don't worry, I know what I'm doing :) Continious blending by adding oxygen (and helium) to the inlet of a SCUBA compressor is a tested method. Safety precautions are needed, as a too high oxygen content wouldn't be very good for the compressor (to say the least...). An automatic shutdown of the compressor and oxygen flow will occus if the O2% will be higher than 40%. Setpoint will usually be 32%, so adding ~16.5L of O2 to every 100L of air. O2 will be injected just above athmospheric pressure, but comes from a 50L/200bar cylinder. The mixer design is, simple, but has been proven sufficient and does not add too much of restriction to the compressor inlet, which could harm the compressor.

The system is more complex than partitial pressure blending, where first pure oxygen is decanted from the large storage cylinder to the smaller scuba cylinder and air is filled on top. However, as you already mentioned, High pressure O2 has it's risks and in my system, even oil contaminated scuba cylinders would be safe to fill, as they never see more than 32% O2.

I'll add more info on the project in the next couple of days, so stay tuned if not all is clear ;) Alternatively you could Google 'continuous flow nitrox blending'.


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Adam Fabio wrote 07/14/2014 at 03:05 point
Thanks for entering The Hackaday Prize Erik! Can't wait to hear more details on your gas mixing system. Give us some updates soon!

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paultcmgp wrote 07/13/2014 at 06:28 point
Adding additional compressed gas components to the ambient air is possible, providing you have high enough pure gas pressures to cause the flow to go the way you want it to. Normally, these kinds of mixtures are produced synthetically, meaning the master mixing bank of cylinders is evacuated by high vacuum, then the He or other minor components quantities are added first. The oxygen goes in next, with the nitrogen (roughly 80%) last. The mix vessel has to be homogenized, either mechanically or thermally, as gas stratification occurs at these pressures (~3000 PSI). The highest grade of gas mixtures is performed gravimetrically, where the individual components are weighed into the tared cylinders using large precise digital scales.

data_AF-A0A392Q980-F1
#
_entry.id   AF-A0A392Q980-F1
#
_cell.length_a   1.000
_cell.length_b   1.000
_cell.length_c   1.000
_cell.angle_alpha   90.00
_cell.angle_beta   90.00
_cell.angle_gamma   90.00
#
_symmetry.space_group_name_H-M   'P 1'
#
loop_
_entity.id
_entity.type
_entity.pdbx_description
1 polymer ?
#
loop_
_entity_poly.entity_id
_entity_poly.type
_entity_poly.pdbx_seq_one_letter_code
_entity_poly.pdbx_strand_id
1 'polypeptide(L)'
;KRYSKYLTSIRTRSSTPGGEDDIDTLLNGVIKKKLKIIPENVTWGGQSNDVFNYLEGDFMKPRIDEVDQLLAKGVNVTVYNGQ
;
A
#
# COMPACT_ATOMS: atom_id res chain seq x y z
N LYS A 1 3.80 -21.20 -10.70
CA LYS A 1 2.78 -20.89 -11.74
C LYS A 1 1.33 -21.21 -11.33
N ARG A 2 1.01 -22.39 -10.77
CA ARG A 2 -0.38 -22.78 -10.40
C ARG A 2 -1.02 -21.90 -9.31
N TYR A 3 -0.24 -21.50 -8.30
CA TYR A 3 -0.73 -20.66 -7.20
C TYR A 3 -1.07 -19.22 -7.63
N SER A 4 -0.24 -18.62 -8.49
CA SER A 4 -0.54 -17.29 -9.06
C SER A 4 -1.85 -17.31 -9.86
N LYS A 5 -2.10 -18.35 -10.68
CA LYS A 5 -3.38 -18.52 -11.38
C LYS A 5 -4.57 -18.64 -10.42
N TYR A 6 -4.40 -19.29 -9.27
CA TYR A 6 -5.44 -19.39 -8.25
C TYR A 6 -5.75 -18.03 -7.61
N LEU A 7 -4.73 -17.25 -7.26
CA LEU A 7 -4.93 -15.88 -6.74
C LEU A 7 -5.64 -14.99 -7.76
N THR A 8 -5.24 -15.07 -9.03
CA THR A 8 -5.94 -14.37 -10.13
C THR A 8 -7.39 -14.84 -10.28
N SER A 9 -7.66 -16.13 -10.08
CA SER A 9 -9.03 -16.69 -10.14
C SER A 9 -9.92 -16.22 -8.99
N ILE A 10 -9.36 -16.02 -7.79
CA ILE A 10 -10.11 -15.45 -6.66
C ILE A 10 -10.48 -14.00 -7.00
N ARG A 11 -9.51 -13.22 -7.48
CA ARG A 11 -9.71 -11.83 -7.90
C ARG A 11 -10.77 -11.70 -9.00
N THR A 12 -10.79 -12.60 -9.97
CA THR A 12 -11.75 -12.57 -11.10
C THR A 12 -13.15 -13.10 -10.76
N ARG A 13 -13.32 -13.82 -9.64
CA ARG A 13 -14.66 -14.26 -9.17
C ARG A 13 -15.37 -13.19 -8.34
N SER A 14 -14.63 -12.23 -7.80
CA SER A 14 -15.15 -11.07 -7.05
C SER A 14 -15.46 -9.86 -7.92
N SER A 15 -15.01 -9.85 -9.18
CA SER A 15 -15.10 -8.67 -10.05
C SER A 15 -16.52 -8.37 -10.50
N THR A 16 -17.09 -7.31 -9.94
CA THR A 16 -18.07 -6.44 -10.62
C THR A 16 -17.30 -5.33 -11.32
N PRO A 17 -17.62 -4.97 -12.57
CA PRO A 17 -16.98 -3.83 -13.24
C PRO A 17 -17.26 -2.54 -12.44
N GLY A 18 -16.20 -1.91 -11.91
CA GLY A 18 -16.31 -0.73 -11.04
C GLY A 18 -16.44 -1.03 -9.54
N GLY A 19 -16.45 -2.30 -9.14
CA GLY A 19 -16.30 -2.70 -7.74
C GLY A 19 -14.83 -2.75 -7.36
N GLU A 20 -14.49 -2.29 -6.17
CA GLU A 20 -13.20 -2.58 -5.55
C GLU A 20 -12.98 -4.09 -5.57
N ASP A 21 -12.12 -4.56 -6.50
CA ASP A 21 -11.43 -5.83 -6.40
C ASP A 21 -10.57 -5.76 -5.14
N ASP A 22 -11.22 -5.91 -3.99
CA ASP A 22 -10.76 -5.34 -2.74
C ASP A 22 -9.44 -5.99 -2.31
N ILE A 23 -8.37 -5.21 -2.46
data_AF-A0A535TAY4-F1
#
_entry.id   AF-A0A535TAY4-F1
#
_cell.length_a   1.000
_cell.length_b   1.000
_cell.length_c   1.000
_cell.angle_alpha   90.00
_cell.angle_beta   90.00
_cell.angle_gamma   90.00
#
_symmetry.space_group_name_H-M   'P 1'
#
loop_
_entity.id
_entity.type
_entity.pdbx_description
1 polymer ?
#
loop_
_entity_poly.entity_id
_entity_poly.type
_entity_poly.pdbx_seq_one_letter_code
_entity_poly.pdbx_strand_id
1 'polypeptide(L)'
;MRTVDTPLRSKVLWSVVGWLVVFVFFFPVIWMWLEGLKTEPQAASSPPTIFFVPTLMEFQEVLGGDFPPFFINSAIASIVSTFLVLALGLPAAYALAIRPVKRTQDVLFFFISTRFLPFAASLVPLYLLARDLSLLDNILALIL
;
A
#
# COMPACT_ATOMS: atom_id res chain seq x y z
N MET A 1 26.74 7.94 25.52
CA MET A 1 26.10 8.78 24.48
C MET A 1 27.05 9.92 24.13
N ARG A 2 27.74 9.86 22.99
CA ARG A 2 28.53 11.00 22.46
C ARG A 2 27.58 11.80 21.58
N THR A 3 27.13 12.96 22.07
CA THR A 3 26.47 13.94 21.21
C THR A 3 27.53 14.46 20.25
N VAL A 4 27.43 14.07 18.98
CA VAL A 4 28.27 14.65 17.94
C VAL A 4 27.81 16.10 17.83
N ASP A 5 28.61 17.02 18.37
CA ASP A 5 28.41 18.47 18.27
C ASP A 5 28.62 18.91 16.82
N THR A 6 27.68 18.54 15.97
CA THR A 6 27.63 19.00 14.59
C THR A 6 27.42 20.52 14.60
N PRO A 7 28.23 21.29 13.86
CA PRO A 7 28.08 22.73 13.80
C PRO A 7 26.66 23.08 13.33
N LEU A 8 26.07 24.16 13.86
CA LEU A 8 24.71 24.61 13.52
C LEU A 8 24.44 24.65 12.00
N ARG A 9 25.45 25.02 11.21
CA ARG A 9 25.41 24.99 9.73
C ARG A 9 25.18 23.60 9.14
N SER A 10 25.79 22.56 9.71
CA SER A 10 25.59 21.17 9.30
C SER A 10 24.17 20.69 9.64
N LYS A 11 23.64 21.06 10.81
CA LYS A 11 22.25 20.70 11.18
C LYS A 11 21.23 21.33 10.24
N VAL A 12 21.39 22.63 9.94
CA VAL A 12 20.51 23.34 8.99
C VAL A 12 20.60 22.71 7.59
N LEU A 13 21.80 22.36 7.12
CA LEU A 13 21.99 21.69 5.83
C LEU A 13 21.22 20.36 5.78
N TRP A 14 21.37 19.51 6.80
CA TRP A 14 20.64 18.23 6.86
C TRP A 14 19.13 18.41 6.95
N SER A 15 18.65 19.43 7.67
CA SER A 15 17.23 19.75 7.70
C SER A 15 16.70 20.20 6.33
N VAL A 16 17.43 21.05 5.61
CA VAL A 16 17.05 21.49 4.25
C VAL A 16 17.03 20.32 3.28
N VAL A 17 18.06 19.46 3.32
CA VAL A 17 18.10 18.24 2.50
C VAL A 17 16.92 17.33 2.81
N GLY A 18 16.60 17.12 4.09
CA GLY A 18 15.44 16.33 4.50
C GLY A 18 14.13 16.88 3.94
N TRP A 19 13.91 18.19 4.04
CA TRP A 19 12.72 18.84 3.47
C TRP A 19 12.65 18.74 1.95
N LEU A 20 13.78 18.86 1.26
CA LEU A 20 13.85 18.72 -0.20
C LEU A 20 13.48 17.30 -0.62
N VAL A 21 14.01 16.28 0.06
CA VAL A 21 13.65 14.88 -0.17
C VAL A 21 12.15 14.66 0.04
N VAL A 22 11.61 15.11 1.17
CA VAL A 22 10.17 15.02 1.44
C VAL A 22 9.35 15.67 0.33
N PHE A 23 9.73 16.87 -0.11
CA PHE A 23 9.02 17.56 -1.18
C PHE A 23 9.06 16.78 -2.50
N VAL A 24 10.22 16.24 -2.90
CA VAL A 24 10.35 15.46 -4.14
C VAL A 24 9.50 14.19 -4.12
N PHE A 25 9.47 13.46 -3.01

Doing the mixing by adding to the compressed air can be attempted, but careful use of gas concentration and pressure sensors is crucial. I see on your schematic diagram a baffled pathway for the gas. This may provide some mixing, but you may find that a venturi or perforated educator tube inserted beneath the valve collar will give better homogeneity. Supplemental cylinder rolling will be necessary for absolute mixing in either event.

I don't want to deter you, but dynamically mixing as you describe is routinely done by gas divider/mixing panels ($4k-$15k), but usually with the final gas stream at near ambient pressures. Doing what you describe with the final mixture at compressed cylinder levels (roughly 200 atms.) will be very "challenging", and probably cost prohibitive.

You have to start out with gas supplies of at least the same pressure as your final product, as using a compressor on the mixture will introduce a fine mist of petroleum used to lubricate the pumps unless VERY expensive and specialized equipment is used. Doing a simple mixture by vacuum evac., followed by individual gas additions measured by partial pressure gauges on a mixing manifold is the most cost effective way to do this, and it is done this way professionally.

The electrochemical sensors used to measure O2 at ambient pressures do not work well at high pressure. You will need a paramagnetic O2 analyzer (>$5K) or a gas chromatograph (>$15K) to accurately analyze your final mixture. The final He concentration will be nearly impossible to accurately determine without a GC fitted with a thermal conductivity detector.

Finally, compressed oxygen can by explosive if introduced to any flammable gases, so starting gas purity (no methane, propane, or other hydrocarbons) is essential. Also, even with accurate needle valve controls, final O2 concentration MUST be performed by analysis, as higher than normal oxygen concentrations are deadly to humans at high pressure. Low levels of O2 in a SCUBA tank are obviously not healthy either.

I know I sound like I am taking you to task about this, but I have worked in this field for many years, and I merely want you to know the challenges you will face in taking on a project of this nature. Learning to control needle valve ports and mixing technology is valuable knowledge in its own right, but compressed gases are intrinsically dangerous, and proper precautions must be observed at all times. Good luck in your project---dr-zin